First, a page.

The free SAAS forecast template is built using google sheets and focuses on all of the aspects that leaders will need to create a business forecast centered around software as a service (SAAS). The SAAS forecast focuses on monthly recurring revenue (MRR). MRR is the difference between a services business and a subscription business in which the subscription business sells a product that (if good) will be paid for every month for the next x amount of years. The benefit of a subscription business is that if you stop selling tomorrow, you will continue to have revenue in the following months.
In the below, we provide detailed instructions on how to use the SAAS forecast template while also addressing the above key measures.
Inputs & Assumptions Tab – The Control Center
In all of our forecast templates, we’ve added an Inputs & Assumptions tab in which the whole forecast is controlled. That’s right you can update the entire forecast from one easy to use tab.
There are 4 main sections of the inputs and assumptions tab:
- Monthly Recurring Revenue (MRR)
- Hiring Planning
- Year 2-5 Planning
The MRR forecast is the most important piece of your financial forecast. If you are pre-revenue then you need to have a very clear understanding of how you are going to get to your goals and its best to back those assumptions up by other examples, saying another competitor did x.
To forecast year 1 MRR, add in the year 1 goal. The model is set to a default of $500,000. Add in the estimated quota for the sales rep. Add in the number of months that it takes a sales rep to ramp. Normally new hires take 3-6 months to be able to bring in a full quota which is what we call ramp. Add in the attrition of your sales team. The final piece to calculating a proper MRR is your churn. Churn is calculated in this forecast as the percent of the MRR that you will lose every month. On average companies have 0-1% MRR churn.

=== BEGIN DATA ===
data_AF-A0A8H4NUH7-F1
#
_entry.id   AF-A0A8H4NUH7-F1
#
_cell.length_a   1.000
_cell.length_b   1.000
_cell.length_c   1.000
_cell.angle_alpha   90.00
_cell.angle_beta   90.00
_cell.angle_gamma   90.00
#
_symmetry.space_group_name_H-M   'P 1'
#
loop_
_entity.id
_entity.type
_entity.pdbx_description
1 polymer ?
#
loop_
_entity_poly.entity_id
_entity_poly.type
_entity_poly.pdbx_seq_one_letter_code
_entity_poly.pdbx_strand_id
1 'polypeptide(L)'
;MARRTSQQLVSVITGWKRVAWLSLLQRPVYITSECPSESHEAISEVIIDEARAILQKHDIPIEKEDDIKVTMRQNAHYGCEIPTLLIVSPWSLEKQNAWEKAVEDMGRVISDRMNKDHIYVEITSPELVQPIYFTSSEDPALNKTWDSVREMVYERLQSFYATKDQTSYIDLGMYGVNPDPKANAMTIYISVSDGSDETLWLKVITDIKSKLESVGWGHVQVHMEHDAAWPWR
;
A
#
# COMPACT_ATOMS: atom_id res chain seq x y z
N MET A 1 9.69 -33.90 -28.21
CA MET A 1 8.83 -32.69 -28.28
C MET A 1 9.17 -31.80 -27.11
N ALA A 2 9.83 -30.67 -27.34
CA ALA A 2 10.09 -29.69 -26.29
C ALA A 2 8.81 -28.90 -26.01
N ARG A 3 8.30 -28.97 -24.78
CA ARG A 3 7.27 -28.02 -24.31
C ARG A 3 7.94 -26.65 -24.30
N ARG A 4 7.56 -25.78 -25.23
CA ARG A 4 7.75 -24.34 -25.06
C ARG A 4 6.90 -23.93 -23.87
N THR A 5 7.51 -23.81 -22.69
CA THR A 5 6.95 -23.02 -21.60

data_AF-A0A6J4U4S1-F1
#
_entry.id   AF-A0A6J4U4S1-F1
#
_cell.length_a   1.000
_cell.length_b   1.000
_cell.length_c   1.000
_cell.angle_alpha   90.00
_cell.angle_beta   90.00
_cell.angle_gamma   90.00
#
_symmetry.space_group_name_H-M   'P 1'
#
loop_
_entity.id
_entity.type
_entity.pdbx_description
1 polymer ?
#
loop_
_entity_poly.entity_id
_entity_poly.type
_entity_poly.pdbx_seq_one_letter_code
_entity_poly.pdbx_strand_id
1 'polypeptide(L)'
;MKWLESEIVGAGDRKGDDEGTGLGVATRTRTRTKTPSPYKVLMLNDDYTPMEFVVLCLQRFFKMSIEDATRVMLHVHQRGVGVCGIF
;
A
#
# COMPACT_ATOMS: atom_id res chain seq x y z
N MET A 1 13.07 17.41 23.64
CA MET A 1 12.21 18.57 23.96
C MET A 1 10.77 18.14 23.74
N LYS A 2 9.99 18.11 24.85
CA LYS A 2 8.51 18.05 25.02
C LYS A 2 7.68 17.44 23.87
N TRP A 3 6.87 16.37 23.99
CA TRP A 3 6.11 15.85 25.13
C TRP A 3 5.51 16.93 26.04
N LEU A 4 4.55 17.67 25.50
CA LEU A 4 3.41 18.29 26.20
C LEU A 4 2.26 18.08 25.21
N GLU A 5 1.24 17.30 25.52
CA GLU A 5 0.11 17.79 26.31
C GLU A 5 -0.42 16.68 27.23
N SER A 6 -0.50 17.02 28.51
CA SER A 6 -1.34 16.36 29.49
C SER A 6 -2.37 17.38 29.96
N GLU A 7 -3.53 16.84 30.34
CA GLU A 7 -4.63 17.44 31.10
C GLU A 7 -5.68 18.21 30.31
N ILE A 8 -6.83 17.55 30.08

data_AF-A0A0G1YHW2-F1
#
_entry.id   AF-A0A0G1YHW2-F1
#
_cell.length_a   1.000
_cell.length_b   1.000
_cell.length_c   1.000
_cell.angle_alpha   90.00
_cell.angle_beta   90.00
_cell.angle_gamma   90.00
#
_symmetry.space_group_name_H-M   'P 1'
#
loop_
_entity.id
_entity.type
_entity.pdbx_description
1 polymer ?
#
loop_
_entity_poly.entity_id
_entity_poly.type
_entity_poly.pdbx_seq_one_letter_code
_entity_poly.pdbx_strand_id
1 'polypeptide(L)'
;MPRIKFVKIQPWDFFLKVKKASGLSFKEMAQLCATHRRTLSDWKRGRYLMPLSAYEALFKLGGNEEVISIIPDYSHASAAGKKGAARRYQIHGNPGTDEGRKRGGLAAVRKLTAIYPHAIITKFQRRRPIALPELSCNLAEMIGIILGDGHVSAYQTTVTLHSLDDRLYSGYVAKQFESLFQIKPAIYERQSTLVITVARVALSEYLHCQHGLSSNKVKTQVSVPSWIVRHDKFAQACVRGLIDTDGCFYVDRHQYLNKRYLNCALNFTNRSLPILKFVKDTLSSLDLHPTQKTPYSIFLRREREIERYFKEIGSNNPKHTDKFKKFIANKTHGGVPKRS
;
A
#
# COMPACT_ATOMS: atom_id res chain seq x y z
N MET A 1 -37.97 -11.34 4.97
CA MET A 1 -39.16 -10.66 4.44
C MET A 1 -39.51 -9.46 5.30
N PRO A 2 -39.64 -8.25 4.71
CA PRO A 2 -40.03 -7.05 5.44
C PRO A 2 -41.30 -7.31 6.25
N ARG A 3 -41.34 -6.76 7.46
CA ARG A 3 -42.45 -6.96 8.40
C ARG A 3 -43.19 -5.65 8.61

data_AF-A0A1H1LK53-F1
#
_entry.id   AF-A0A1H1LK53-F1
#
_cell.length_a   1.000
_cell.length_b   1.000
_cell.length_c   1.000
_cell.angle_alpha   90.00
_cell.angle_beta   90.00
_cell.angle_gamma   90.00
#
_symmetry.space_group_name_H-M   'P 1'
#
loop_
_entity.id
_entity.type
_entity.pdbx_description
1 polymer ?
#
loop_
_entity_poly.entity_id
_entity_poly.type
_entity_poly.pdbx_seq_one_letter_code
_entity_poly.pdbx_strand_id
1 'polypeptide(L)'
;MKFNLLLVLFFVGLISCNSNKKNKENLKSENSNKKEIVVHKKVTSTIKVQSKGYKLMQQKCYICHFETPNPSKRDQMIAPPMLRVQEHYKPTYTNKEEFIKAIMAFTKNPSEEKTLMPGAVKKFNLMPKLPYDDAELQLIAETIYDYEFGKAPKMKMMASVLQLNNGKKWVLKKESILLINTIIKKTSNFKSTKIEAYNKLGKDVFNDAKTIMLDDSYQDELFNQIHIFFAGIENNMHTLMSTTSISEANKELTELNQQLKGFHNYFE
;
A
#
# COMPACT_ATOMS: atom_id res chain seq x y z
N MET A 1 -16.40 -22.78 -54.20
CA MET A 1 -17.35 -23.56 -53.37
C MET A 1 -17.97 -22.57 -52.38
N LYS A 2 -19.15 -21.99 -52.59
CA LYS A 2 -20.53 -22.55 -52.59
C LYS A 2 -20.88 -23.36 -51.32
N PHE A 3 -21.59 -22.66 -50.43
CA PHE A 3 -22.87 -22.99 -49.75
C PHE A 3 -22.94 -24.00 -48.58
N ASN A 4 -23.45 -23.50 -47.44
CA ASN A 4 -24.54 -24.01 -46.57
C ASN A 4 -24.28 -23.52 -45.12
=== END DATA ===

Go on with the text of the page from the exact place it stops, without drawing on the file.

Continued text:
You can review your revenue assumptions on the Financial Statements tab in row 6. If you need to adjust how your revenue ramps over the course of the first year you can do so on the inputs & assumptions tab in cells S32-AD32 which is defaulted to a linear ramp.
If you are a SAAS startup, it is likely that most of your costs are going to come from new hires. It’s important to understand how many people you will need to both bring in revenue and build out your product.
There are two parts to the hiring planning section, first is the headcount needed to sell your product. This is automatically calculated based on your revenue assumptions. Go ahead and play around with the revenue assumptions and see how that changes your headcount assumptions.
The second part of hiring planning is what we call the “indirect headcount” so this is your R&D, G&A, Marketing, etc. We’ve simplified this section of headcount planning to just be a ratio of production. In the Inputs & Assumptions tab, in cells C35-C43 input the average monthly salaries and in cells E36-E43 input the ratios of how many G&A to production headcount you will have.
There are two pieces to expenses on the P&L. First and most important for raising venture capital is Cost of Goods Sold (COGS) which is, in essence, the variable cost of selling your product. Think about it as if you didn’t spend that money would your sales go away? This is an important measure for a VC as the margin between Revenue and COGS is the profitability measure VC’s use.
The second expense is your operating expenses or overhead. These are fixed expenses associated with growing a business including rent, accounting, legal, etc.
Cost of Goods Sold
In the inputs & assumptions tab, we’ve set up the COGS, to be made up of 3 parts including hosting, customer care and other. From a GAAP (generally accepted accounting principles) perspective, you do not need to add sales or marketing to your COGS. It is accepted that your revenue will “remain” whether you sell more in the next month or not. Most SAAS product doesn’t exist without web hosting which should be accounted for as a COGS. If you are at the point of having a customer success team then it is generally accepted that this team should be included in your COGS as they are a big factor in maintaining your MRR.
Operating expenses are classified as fixed expenses or overhead expenses. Think rent, other hires, software, etc. In cells C46-C53 you can input costs including rent, software, G&A per headcount and income tax.
The year one forecast should be coming together. Play with the assumptions and think about those assumptions as levers to either increase revenue or reduce costs.
Year 2 – 5 Forecast
The year 2-5 forecast is important for venture capitalists as they need to understand how you are going to scale your business. It is also a quick view of your perception of your market size. Input year over year revenue growth and add the number of sr. managers to complete section.